Here we are all waiting to start.
And here's a Mari Lwyd (Grey Mare) out protesting too! The Mari Lwyd is normally only seen around Christmas time and New Year, but she's obviously keep to join the independence campaign. Traditionally, the Mari Lwyd is made from a genuine horse skull, but this one is artificial.
The usual phrase is "Cofiwch Dryweryn" (Remember Treweryn) which was the village that was drowned when the reservoir was created to provide water for Liverpool. The inhabitants were moved elsewhere, but it's been a sore point since it happened in 1965. The "Cofiwch Epynt" placard also refers to land stolen by the English. Next year will be the 80th anniversary of the summer when 219 people had to leave their homes on the Epynt Mountain to make way for what is now the Sennybridge military training range. As Wales tends to be more anti-war than England, it still rankles.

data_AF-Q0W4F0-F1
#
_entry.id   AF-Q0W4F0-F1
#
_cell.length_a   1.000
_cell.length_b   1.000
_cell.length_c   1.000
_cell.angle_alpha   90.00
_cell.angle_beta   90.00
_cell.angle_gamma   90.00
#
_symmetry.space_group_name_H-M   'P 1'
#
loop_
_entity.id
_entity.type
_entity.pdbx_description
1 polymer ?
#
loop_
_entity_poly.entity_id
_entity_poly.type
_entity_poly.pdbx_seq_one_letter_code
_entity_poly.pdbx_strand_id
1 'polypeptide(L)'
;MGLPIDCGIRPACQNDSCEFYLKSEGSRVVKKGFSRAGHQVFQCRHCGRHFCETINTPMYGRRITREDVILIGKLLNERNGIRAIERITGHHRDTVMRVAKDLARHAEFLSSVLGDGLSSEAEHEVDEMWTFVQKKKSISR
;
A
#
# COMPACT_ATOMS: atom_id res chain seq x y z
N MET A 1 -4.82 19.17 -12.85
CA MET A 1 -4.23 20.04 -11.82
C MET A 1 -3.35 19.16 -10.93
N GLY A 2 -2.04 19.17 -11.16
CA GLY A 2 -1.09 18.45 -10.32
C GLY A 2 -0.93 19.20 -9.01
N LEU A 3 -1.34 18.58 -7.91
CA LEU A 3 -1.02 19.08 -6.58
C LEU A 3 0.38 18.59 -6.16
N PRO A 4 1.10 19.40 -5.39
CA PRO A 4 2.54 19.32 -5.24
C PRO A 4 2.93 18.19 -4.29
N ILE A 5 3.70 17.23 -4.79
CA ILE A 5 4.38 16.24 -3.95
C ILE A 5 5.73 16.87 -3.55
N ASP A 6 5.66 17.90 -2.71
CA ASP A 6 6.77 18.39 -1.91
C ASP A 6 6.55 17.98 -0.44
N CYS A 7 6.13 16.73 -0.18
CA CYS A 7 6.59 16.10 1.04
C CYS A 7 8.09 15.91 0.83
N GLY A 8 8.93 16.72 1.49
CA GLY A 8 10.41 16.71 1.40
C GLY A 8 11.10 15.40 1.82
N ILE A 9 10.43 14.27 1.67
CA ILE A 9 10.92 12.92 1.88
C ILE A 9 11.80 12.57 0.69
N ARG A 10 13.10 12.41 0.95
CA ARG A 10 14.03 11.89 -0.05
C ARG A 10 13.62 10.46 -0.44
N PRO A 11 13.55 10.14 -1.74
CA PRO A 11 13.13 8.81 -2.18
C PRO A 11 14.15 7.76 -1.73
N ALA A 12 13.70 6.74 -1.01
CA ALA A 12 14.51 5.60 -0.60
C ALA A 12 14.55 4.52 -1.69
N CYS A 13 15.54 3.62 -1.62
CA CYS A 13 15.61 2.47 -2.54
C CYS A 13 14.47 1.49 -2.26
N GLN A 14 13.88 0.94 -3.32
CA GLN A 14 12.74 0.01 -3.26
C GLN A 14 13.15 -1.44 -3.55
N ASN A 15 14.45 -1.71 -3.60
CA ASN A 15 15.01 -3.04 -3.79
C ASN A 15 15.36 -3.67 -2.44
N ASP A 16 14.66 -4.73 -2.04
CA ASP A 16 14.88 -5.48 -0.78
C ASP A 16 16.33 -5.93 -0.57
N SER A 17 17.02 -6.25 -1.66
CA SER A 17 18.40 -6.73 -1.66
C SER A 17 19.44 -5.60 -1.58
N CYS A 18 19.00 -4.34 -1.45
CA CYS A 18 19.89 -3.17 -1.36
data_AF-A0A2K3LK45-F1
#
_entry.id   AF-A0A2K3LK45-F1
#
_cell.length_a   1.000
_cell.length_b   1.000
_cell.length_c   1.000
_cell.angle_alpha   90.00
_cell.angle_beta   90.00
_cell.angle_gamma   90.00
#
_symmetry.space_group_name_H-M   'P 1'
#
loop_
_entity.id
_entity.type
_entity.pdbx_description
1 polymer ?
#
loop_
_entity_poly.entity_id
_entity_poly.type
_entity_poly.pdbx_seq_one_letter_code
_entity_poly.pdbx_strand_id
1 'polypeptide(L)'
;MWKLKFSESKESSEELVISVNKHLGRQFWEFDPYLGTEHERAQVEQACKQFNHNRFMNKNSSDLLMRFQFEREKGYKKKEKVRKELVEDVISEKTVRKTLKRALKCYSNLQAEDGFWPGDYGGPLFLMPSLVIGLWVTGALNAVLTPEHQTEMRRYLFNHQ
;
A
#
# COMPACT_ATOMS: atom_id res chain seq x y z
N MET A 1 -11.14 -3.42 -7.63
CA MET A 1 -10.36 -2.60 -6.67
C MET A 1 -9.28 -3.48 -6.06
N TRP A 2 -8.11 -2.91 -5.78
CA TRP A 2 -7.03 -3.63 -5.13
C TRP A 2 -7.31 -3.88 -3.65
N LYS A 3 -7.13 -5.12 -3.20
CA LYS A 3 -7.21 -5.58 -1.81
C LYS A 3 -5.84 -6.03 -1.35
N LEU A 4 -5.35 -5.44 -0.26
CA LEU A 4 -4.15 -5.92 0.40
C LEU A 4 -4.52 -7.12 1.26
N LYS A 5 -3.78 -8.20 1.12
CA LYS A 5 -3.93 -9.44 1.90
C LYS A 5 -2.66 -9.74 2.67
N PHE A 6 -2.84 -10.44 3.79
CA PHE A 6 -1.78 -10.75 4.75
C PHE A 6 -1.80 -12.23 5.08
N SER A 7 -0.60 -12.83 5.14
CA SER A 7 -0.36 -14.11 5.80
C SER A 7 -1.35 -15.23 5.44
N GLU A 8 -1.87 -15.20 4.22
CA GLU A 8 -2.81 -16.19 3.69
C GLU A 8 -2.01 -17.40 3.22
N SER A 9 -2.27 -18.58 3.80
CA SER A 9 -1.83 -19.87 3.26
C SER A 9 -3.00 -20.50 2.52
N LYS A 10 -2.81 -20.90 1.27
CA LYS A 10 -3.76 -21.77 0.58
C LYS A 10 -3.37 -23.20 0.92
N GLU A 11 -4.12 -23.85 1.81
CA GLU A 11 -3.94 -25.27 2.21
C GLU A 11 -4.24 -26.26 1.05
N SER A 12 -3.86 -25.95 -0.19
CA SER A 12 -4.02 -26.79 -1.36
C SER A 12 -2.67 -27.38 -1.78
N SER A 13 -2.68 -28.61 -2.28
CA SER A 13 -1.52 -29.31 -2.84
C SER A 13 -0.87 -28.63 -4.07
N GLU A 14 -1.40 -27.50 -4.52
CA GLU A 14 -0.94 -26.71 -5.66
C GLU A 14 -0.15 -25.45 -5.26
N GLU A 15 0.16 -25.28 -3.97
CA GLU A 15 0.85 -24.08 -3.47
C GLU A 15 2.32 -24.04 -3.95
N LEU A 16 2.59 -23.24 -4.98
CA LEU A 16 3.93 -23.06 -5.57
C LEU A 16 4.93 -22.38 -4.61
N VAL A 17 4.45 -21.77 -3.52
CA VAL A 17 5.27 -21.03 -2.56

The banner in this photo is that of Owain Glyndwr. Though having said that, I haven't quite sorted out the various banners of the Welsh princes because the lions on this flag have blue claws and tongue and the normal Glyndwr flag has plain lions. More research is required!
Here's a "Cofiwch Dryweryn" placard and also a "Merthyr Rising II". Here's a bit about the first Merthyr Rising:
"Throughout May 1831 the coal miners and others who worked for William Crawshay took to the streets of Merthyr Tydfil, calling for reform, protesting against the lowering of their wages and general unemployment. Gradually the protest spread to nearby industrial towns and villages and by the end of May the whole area was in rebellion, and it is believed that for the first time the red flag of revolution was flown as a symbol of workers' revolt."
The name Dic Penderyn on the wall refers to one of the rebel leaders, the only one to be hanged for supposedly stabbing a soldier in the leg. Though it later transpired that he was innocent. The square is named after him.
Scottish independence marches are a sea of blue, so are anti-Brexit marches as most people dress in blue and carry blue EU flags. Welsh independence marches are rather more colourful with flags of red, green and gold.
After the march there were speeches and songs from the balcony.